SPANISH INTERACTIVE NOTEBOOKS:
If you’ve read my posts on teaching Spanish without a textbook, you know I’ve moved away from teaching explicit grammar. I don’t introduce verb charts until at least December. For the first part of the year, our grammar section sits empty.
This is because students are acquiring grammar structures through comprehensible input, even when they don’t know it. Our “class content” section is chock-full of grammar. It’s just not explanations, dissections, or drills.
So, why do I have a specific grammar section at all?
- Some students will be moving on to other teachers and schools. It will help them to be able to talk a little bit about Spanish.
- Some students are analytical and like knowing how things work.
- It’s nice to have a reference section that shows all the forms in one place, especially the ones we didn’t get to (i.e., a student is writing and is can’t remember how to say we like).
Bottom line: I think it’s perfectly fine to not teach explicit grammar in Spanish 1 at all. I also know that some teachers must teach explicit grammar. And they need to teach it in the most efficient way they possibly can.
How I teach grammar efficiently, with notebooks:
- I think of teaching grammar as vocabulary, not mathematical formulas. I don’t do a lesson on el, la, los, las anymore, but just group them with other words (los libros). Article adjective agreement is really hard, and full of exceptions. I tend to teach much more directly now “this is how you say _____,” intead of “this is how you use ______.”
- I wait as long as possible. Don’t present ser within a verb chart. I wait until we’ve had months of stories with soy, es, etc, and then one day casually spend a few minutes entering ser into our irregular verbs booklet. This is so much easier, because we’re not writing down jibberish into a chart. Soy means something to them. The pattern is an “aha!” moment, that organizes some words they already know.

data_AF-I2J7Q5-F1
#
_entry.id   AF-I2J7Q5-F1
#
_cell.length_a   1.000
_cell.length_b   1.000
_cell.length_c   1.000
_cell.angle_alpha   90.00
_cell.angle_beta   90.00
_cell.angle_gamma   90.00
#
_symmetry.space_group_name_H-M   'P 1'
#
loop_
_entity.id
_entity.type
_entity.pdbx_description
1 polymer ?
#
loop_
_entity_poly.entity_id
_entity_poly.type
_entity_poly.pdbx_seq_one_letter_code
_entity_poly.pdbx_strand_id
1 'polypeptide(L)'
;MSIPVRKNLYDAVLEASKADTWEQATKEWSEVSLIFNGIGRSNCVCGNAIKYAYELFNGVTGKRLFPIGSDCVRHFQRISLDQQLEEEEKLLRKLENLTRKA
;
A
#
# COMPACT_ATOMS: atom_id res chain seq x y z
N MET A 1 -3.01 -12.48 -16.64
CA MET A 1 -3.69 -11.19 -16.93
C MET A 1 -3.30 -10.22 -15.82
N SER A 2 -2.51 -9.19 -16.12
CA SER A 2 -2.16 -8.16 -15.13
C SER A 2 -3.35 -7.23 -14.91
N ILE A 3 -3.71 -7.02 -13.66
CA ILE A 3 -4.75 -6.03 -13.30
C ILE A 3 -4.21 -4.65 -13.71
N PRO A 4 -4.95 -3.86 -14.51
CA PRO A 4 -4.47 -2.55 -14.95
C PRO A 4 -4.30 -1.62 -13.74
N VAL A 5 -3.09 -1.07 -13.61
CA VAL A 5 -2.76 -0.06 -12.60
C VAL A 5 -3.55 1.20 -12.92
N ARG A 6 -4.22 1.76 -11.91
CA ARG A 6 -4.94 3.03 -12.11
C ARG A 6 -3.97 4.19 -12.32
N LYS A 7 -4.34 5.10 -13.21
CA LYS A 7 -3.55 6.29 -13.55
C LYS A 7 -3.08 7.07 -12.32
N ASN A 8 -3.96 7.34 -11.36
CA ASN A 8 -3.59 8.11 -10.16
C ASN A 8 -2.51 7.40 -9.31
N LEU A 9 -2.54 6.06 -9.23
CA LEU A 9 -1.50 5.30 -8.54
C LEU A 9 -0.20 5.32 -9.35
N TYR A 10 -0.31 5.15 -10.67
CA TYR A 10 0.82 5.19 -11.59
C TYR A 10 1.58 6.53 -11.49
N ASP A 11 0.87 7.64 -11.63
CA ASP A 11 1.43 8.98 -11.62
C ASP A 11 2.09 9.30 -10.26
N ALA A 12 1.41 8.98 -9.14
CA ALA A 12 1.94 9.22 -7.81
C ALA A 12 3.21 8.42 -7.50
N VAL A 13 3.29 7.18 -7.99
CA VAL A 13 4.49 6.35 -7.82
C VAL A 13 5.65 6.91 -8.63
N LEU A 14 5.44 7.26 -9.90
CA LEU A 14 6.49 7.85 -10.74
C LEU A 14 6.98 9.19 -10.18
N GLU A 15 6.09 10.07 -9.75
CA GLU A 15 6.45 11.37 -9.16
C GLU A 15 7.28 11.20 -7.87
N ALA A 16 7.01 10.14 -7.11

- I use foldables that implicitly show patterns, and explain as little as possible.
We learn “me gusta, le gusta, and te gusta” early on. When we get to the gustar page, I talk as little as possible. I say, “to express “we like“, say “nos gusta.”” The singular vs. plural contrast is obvious from the page.
I used to teach verb chants early on. Now, we use regular verbs for months before charting them. When we spend a few minutes filling in our regular verbs booklet, most of the students pick up on the patterns on their own. “Oh look! All the verbs that end in ar use –amos for we. It’s so much for effective for students to notice patterns when they are ready, than to have it explained.
On the back of the flap, we write an English translation. On the page underneath, we write out an example or two. The whole thing takes half a class period.
Object pronouns can be very tricky. I use these pages as a reference, because students really need repetitions in context to get this. I don’t explain much, but just present it as this is how you say ________.
I like the booklets because they’re so intuitive. They take a little more cutting than most of my pages, so we listen to a Spanish song while prepping. I’m terrible at teaching vosotros, so at least the students have seen it in our notebooks!
Sometimes the students don’t automatically connect the infinitives to the conjugated forms that frequently show up in class. I still don’t make a big deal of explaining how stem-changers work– this visual helps them connect the dots, when they’re ready.
To be honest, I just can’t get enough reps of every important irregular verb in, and it’s nice to have a spot for reference. I recommend filling in this booklet as needed, not all at once (= information overload).
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